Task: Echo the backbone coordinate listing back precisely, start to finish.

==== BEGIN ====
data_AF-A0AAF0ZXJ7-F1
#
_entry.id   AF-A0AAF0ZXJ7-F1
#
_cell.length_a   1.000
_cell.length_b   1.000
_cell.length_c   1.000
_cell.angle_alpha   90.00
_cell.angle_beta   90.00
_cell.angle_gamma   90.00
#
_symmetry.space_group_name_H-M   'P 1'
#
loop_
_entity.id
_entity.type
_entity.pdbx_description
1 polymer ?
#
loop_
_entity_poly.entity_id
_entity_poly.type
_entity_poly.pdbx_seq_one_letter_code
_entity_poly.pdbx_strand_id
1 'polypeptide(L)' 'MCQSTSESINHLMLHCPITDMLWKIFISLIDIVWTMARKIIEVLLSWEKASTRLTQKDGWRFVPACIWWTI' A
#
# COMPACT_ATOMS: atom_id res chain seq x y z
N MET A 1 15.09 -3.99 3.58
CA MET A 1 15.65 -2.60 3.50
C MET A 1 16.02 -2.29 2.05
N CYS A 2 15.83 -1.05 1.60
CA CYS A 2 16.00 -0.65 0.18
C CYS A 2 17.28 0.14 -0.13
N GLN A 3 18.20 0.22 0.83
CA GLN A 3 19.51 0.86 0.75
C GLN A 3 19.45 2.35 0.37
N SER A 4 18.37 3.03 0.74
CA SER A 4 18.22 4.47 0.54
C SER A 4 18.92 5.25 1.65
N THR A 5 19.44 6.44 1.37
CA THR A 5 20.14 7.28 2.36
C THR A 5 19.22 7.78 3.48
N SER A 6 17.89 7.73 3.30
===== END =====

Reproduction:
data_AF-A0AAF0ZXJ7-F1
#
_entry.id   AF-A0AAF0ZXJ7-F1
#
_cell.length_a   1.000
_cell.length_b   1.000
_cell.length_c   1.000
_cell.angle_alpha   90.00
_cell.angle_beta   90.00
_cell.angle_gamma   90.00
#
_symmetry.space_group_name_H-M   'P 1'
#
loop_
_entity.id
_entity.type
_entity.pdbx_description
1 polymer ?
#
loop_
_entity_poly.entity_id
_entity_poly.type
_entity_poly.pdbx_seq_one_letter_code
_entity_poly.pdbx_strand_id
1 'polypeptide(L)' 'MCQSTSESINHLMLHCPITDMLWKIFISLIDIVWTMARKIIEVLLSWEKASTRLTQKDGWRFVPACIWWTI' A
#
# COMPACT_ATOMS: atom_id res chain seq x y z
N MET A 1 15.09 -3.99 3.58
CA MET A 1 15.65 -2.60 3.50
C MET A 1 16.02 -2.29 2.05
N CYS A 2 15.83 -1.05 1.60
CA CYS A 2 16.00 -0.65 0.18
C CYS A 2 17.28 0.14 -0.13
N GLN A 3 18.20 0.22 0.83
CA GLN A 3 19.51 0.86 0.75
C GLN A 3 19.45 2.35 0.37
N SER A 4 18.37 3.03 0.74
CA SER A 4 18.22 4.47 0.54
C SER A 4 18.92 5.25 1.65
N THR A 5 19.44 6.44 1.37
CA THR A 5 20.14 7.28 2.36
C THR A 5 19.22 7.78 3.48
N SER A 6 17.89 7.73 3.30